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The New York International Fashion Film Festival welcomes entries

by Stewart Cole

Some might argue that New York street life could be a movie in the making, and now there’s a New York-based film festival that welcomes fashion films from the five boroughs and beyond.

To date, more than 150 submissions from 21 countries have been sent to the New York International Fashion Film Festival, which will be held on September 6 and 7. Established and unknown designers and film filmmakers, as well as many intermediaries, including students and aspiring designers, have sent in entries, according to fashion film founder and director Pedro Uberto, who noted that all continents are represented. Entrants have until June 30 to submit their entries via the NYCIFFFF website.

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While the School of Visual Arts has hosted a fashion film festival in the past, NYCIFFFF was not affiliated with that venture, Oberto said. “This is a new beginning, a new name, a new company. It’s international,” he said.

A film submitted by Tommaso Ottomano, who has worked with Roberto Cavalli and Versace, among other designers, is expected to generate a lot of interest, Oberto said. Giacomo Triglia, whose portfolio includes a Måneskin music video, Dolce & Gabbana ads and a short film about Flemish painters playing tennis at night, also sent in an entry. However, participants do not need to have a film career or fashion label to be eligible, with priority given to showcasing new talent.

Submissions include works for Prada, Emporio Armani, Roberto Cavalli, Zimmermann, Dolce & Gabbana, Bershka, Shein, Vogue, Numéro, Harper’s Bazaar and L’Officiel. However, emerging designers are also encouraged to submit films. Director Amber Gray’s film about fashion designer Bach Mai also impressed the NYCIFFFF founder. “He is an emerging talent. But beauty in film and beauty in clothes is a powerful combination,” Oberto said. “Sometimes the film is very beautiful, but the clothes are okay. In this film, they are both beautiful.”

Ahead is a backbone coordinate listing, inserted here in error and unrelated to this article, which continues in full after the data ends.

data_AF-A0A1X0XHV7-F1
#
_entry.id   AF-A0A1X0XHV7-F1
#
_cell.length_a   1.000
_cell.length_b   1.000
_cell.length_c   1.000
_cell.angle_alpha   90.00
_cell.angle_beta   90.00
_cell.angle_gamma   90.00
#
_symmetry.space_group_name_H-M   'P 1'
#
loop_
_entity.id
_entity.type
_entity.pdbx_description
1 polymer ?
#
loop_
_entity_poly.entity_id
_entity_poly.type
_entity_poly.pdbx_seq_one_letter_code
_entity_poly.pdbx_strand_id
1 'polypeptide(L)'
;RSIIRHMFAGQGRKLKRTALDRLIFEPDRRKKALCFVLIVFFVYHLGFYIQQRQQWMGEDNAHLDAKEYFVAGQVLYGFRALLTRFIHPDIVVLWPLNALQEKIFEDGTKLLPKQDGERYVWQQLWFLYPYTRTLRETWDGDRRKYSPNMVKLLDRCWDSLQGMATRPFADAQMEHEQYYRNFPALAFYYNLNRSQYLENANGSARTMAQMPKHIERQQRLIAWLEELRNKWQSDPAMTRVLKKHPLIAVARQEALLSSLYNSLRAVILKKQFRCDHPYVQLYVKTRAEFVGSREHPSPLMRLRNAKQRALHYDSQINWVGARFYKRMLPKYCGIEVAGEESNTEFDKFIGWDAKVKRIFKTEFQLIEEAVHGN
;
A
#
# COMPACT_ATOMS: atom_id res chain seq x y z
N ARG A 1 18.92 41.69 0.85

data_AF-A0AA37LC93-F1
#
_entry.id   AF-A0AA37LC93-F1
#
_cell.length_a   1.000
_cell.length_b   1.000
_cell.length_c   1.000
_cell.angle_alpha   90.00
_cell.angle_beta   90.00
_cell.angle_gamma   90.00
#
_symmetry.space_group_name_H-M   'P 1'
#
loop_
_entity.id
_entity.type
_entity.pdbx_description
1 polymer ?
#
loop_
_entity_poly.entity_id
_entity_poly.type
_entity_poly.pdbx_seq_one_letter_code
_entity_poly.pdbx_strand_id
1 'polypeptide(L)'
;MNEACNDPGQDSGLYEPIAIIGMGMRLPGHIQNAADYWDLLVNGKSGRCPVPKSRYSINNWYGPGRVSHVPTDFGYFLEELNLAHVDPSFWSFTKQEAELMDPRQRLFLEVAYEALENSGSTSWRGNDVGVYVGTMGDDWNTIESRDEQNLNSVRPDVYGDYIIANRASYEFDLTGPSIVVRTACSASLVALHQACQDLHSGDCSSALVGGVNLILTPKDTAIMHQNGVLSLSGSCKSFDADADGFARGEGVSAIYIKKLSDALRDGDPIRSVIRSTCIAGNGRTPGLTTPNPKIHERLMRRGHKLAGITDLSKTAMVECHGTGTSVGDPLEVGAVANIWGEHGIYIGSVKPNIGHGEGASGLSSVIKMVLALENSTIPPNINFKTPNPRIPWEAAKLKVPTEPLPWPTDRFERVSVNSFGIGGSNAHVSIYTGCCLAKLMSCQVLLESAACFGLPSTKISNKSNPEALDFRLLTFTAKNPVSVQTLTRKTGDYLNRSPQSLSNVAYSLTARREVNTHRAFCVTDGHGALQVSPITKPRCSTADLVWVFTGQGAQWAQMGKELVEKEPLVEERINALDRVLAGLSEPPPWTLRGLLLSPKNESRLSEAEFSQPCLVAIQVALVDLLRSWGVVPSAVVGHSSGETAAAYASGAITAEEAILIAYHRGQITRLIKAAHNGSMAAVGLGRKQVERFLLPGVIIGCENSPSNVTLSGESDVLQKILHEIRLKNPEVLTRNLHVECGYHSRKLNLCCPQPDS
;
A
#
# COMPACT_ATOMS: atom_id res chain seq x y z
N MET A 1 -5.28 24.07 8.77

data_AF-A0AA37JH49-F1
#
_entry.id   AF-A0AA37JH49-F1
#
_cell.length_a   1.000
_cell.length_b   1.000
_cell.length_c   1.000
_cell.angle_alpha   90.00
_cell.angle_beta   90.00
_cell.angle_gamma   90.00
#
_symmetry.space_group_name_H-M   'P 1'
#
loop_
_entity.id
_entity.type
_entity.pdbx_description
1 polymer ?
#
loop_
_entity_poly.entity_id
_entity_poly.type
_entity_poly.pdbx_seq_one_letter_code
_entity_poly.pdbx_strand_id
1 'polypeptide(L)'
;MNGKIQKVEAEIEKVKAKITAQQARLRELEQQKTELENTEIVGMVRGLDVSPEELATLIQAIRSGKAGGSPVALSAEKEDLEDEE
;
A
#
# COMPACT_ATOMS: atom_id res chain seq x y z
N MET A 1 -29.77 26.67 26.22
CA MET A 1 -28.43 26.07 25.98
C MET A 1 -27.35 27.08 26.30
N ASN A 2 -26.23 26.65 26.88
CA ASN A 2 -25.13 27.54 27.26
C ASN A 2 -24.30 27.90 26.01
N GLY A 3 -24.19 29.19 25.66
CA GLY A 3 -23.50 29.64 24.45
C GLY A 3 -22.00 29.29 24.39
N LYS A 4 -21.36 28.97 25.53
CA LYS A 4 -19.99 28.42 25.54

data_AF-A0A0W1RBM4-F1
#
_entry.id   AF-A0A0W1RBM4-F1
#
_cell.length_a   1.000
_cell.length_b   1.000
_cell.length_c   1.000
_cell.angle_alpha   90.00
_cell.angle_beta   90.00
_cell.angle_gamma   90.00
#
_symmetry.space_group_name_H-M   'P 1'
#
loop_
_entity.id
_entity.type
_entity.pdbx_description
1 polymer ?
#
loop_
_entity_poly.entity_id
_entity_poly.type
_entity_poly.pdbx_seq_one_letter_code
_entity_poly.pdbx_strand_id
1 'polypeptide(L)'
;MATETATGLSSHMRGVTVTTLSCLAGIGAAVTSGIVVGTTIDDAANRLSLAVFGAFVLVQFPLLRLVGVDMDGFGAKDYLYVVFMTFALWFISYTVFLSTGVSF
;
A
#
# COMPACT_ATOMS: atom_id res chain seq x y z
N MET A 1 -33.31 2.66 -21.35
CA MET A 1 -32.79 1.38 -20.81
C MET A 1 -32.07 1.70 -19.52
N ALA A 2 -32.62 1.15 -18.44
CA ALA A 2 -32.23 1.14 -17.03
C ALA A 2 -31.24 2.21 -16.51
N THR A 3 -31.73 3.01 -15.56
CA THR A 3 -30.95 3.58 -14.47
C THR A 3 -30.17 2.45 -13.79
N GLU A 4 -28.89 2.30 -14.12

Films must not be longer than 15 minutes. At the other end of the spectrum, entries of just under a minute are accepted — and it’s the noticeably preferred length for many, Oberto said. “A lot of people are making 45-second films, which is good for Instagram, TikTok and social media. This really works. We’ve received a lot of them,” Oberto said.

To appeal to the more digitally minded, there is also a metaverse awards category to recognize the influx of fashion designers and digital designers creating content for the metaverse. Another category will be for fashion documentaries, with work from the proven talent of Amy Berg in the mix. In addition to Bouwer, fellow designer Nicole Miller will be part of the jury that will select the winners, as will Oscar-nominated director Berg. “The selection process will be rigorous, ensuring that only the most outstanding and thoughtful works made it to the final programme,” said Oberto.

Three sites are being considered and the final selection will be made based on the total number of submissions, which could exceed 300 by the end of the month. The plan is to host hourly screenings to show a block of films for 100 to 120 attendees.

But NYCIFFFF isn’t the only film festival with fashion ties lined up this month. The Walmart-sponsored Bentonville Film Festival will be held in the retailer’s northwest Arkansas city June 13-18. On-site conversations will include one with “Spider-Man: Across the Spider-Verse” director Kemp Powers and Luna star Lauren Loren. BFF will world premiere director Alejandro Monteverde’s The Sound of Freedom. The lineup will also include a screening of the Bethann Hardison documentary “Invisible Beauty” that she directed with Frederic Tcheng.

Through its alliance with the Geena Davis Institute on Gender in Media, the festival’s discussions will cover topics such as maternal health, female entrepreneurship and representation of the body in media. As the festival’s founder, Davis noted that this year’s filmmakers are 70 percent female, 60 percent BIPOC/AAPI and 52 percent LGBTQIA+.

Meanwhile, in Italy, Milan Fashion Film Festival founder Constanza Etro is gearing up for the ninth annual edition of the international fashion and culture event. The 2023 edition will debut on a streaming platform with 270 fashion films accessible for free from June 12 to 19. FFFMilan will also delve into the metaverse during the same period.

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